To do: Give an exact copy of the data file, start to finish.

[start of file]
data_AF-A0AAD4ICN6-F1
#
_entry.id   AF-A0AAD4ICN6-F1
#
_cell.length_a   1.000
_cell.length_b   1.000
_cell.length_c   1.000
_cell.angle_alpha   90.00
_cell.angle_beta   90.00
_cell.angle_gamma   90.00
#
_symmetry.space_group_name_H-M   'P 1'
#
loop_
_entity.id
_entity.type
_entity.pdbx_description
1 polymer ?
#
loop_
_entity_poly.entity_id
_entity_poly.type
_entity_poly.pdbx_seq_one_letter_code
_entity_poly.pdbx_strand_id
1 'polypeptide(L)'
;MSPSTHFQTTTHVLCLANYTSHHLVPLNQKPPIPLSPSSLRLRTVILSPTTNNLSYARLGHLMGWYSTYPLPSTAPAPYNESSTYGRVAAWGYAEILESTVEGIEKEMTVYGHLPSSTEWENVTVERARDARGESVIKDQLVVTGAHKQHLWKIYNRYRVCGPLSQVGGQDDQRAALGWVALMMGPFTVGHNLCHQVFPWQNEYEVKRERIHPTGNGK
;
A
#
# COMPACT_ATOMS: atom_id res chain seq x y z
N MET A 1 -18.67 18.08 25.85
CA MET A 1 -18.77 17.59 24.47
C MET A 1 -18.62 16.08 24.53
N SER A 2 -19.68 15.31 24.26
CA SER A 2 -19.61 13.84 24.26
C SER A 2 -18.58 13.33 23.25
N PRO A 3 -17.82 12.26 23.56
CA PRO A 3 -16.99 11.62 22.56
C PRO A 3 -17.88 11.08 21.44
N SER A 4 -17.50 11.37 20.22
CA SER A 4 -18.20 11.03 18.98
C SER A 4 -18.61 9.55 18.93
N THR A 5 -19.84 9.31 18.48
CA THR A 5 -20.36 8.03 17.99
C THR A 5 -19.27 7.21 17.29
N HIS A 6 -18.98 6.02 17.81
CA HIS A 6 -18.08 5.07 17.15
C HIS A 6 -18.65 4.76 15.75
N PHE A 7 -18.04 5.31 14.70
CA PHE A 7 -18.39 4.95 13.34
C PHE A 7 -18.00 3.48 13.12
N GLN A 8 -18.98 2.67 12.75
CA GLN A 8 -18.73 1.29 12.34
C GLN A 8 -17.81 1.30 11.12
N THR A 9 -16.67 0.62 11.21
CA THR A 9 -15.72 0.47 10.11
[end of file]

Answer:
data_AF-A0AAD4ICN6-F1
#
_entry.id   AF-A0AAD4ICN6-F1
#
_cell.length_a   1.000
_cell.length_b   1.000
_cell.length_c   1.000
_cell.angle_alpha   90.00
_cell.angle_beta   90.00
_cell.angle_gamma   90.00
#
_symmetry.space_group_name_H-M   'P 1'
#
loop_
_entity.id
_entity.type
_entity.pdbx_description
1 polymer ?
#
loop_
_entity_poly.entity_id
_entity_poly.type
_entity_poly.pdbx_seq_one_letter_code
_entity_poly.pdbx_strand_id
1 'polypeptide(L)'
;MSPSTHFQTTTHVLCLANYTSHHLVPLNQKPPIPLSPSSLRLRTVILSPTTNNLSYARLGHLMGWYSTYPLPSTAPAPYNESSTYGRVAAWGYAEILESTVEGIEKEMTVYGHLPSSTEWENVTVERARDARGESVIKDQLVVTGAHKQHLWKIYNRYRVCGPLSQVGGQDDQRAALGWVALMMGPFTVGHNLCHQVFPWQNEYEVKRERIHPTGNGK
;
A
#
# COMPACT_ATOMS: atom_id res chain seq x y z
N MET A 1 -18.67 18.08 25.85
CA MET A 1 -18.77 17.59 24.47
C MET A 1 -18.62 16.08 24.53
N SER A 2 -19.68 15.31 24.26
CA SER A 2 -19.61 13.84 24.26
C SER A 2 -18.58 13.33 23.25
N PRO A 3 -17.82 12.26 23.56
CA PRO A 3 -16.99 11.62 22.56
C PRO A 3 -17.88 11.08 21.44
N SER A 4 -17.50 11.37 20.22
CA SER A 4 -18.20 11.03 18.98
C SER A 4 -18.61 9.55 18.93
N THR A 5 -19.84 9.31 18.48
CA THR A 5 -20.36 8.03 17.99
C THR A 5 -19.27 7.21 17.29
N HIS A 6 -18.98 6.02 17.81
CA HIS A 6 -18.08 5.07 17.15
C HIS A 6 -18.65 4.76 15.75
N PHE A 7 -18.04 5.31 14.70
CA PHE A 7 -18.39 4.95 13.34
C PHE A 7 -18.00 3.48 13.12
N GLN A 8 -18.98 2.67 12.75
CA GLN A 8 -18.73 1.29 12.34
C GLN A 8 -17.81 1.30 11.12
N THR A 9 -16.67 0.62 11.21
CA THR A 9 -15.72 0.47 10.11